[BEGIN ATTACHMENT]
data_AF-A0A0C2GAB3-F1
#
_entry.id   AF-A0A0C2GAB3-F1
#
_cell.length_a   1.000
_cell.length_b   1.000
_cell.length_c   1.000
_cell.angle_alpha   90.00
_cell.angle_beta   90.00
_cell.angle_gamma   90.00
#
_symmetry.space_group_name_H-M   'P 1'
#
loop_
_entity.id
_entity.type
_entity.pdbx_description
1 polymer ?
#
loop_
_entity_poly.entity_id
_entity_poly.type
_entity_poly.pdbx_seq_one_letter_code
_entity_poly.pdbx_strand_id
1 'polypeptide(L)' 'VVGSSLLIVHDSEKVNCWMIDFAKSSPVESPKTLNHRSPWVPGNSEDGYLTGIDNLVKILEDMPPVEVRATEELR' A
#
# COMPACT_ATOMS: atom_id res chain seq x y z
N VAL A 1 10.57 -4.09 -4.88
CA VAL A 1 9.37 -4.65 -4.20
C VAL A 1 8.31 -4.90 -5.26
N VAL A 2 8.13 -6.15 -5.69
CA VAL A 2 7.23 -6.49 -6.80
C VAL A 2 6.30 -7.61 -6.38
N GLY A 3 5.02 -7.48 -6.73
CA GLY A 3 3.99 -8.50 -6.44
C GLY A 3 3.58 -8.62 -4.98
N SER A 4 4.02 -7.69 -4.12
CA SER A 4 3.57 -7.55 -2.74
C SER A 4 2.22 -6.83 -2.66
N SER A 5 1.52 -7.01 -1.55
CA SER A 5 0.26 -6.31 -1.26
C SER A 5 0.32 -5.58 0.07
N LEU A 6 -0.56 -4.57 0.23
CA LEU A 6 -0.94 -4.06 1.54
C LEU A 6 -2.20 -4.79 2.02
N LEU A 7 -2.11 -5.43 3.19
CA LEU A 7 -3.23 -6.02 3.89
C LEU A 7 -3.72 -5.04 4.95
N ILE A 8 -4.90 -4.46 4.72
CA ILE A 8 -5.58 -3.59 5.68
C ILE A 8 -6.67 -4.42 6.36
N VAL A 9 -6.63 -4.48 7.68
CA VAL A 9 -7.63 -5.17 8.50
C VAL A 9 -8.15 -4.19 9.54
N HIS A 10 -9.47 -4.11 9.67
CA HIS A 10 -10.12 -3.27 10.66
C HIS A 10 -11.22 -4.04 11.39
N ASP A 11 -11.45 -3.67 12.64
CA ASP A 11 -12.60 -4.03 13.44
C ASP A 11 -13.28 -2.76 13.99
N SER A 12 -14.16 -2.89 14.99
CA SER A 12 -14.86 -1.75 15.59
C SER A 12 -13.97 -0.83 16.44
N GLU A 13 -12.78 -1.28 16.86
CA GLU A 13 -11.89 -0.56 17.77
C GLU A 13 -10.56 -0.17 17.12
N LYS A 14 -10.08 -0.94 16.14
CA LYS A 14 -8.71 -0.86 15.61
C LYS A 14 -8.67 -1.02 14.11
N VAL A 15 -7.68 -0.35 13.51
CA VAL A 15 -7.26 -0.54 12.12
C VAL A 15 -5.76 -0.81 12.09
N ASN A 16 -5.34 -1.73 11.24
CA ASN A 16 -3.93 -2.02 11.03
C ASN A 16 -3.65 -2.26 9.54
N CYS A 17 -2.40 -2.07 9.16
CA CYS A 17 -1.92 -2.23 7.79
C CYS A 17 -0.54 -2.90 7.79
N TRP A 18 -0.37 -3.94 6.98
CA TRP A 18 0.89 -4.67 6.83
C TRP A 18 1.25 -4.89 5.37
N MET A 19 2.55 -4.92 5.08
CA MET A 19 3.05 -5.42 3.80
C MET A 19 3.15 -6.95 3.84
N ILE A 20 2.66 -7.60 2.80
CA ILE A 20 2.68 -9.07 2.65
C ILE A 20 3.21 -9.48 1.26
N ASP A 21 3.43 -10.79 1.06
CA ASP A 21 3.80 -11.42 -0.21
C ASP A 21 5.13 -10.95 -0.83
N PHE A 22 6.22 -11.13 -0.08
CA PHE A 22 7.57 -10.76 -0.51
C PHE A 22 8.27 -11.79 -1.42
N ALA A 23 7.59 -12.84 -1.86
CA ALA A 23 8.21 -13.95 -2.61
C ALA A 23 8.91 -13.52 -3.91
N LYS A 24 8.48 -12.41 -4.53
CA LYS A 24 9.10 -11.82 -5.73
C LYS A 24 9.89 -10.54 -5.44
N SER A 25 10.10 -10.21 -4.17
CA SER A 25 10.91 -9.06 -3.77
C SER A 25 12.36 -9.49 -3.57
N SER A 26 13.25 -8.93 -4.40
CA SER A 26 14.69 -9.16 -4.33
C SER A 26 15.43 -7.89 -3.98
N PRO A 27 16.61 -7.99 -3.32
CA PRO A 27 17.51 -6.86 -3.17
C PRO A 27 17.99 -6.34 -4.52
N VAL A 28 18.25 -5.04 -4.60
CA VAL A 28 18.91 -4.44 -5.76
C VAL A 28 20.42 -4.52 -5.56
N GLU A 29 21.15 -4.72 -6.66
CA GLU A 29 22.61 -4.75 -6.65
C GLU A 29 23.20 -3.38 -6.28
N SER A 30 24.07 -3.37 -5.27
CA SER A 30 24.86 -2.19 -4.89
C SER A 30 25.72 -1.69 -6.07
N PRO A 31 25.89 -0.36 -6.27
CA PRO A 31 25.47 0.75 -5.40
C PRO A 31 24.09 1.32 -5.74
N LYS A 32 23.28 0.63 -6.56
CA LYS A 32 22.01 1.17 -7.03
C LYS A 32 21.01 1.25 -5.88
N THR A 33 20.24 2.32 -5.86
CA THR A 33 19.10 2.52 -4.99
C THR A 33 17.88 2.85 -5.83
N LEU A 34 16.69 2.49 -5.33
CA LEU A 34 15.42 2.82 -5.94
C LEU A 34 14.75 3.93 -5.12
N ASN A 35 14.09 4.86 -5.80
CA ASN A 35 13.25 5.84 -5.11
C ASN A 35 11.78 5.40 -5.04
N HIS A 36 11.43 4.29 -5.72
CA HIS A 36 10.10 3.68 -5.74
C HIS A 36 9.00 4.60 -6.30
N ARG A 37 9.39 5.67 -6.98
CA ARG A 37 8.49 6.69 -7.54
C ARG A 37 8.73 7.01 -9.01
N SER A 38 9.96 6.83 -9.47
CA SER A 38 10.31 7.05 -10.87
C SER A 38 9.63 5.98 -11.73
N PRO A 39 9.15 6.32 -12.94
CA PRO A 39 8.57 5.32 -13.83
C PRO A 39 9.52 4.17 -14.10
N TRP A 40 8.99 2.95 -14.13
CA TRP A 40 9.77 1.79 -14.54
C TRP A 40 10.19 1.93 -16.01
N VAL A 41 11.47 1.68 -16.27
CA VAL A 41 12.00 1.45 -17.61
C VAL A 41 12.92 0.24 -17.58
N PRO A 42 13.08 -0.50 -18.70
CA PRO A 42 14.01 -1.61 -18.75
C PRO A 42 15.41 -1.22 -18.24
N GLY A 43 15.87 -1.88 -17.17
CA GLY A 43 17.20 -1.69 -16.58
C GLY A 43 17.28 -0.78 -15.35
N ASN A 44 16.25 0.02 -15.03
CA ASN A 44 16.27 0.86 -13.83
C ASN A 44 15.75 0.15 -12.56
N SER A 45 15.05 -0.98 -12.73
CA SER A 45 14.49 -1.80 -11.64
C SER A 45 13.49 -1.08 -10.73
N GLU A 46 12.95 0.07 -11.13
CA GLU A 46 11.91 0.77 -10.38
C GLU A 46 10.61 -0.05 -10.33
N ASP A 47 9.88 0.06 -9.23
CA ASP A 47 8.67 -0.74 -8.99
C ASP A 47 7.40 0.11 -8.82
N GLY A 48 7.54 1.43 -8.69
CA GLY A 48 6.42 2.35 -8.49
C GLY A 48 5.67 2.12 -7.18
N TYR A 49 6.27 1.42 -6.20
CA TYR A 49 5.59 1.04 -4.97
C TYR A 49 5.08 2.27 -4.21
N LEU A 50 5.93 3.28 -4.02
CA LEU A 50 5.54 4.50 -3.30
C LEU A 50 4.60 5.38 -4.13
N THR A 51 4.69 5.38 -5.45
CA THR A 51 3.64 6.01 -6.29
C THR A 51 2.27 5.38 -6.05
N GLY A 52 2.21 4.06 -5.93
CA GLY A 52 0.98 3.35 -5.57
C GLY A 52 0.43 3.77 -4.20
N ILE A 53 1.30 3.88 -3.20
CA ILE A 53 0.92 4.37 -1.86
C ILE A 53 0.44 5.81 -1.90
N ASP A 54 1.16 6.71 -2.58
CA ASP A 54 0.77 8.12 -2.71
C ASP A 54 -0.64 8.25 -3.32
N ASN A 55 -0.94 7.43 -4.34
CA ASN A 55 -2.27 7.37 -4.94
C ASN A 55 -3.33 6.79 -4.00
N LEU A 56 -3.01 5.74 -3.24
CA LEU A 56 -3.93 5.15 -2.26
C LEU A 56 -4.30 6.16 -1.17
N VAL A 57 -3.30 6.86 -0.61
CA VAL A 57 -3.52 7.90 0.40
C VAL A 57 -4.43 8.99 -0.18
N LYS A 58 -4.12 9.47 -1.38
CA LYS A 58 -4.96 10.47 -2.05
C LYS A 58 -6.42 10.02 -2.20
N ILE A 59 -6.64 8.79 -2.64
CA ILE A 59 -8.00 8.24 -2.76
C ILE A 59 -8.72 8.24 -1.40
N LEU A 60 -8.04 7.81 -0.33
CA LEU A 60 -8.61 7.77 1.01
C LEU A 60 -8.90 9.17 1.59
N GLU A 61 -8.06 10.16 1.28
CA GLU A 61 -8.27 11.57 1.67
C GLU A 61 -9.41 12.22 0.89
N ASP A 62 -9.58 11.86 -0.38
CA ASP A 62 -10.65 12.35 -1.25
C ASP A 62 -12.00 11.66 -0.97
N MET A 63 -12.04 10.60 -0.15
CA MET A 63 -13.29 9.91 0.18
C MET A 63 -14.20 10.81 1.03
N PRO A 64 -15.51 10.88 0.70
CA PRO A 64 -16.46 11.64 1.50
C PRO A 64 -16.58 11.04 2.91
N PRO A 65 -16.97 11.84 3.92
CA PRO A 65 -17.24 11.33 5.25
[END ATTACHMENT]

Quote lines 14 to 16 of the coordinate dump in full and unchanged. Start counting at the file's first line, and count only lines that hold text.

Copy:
loop_
_entity.id
_entity.type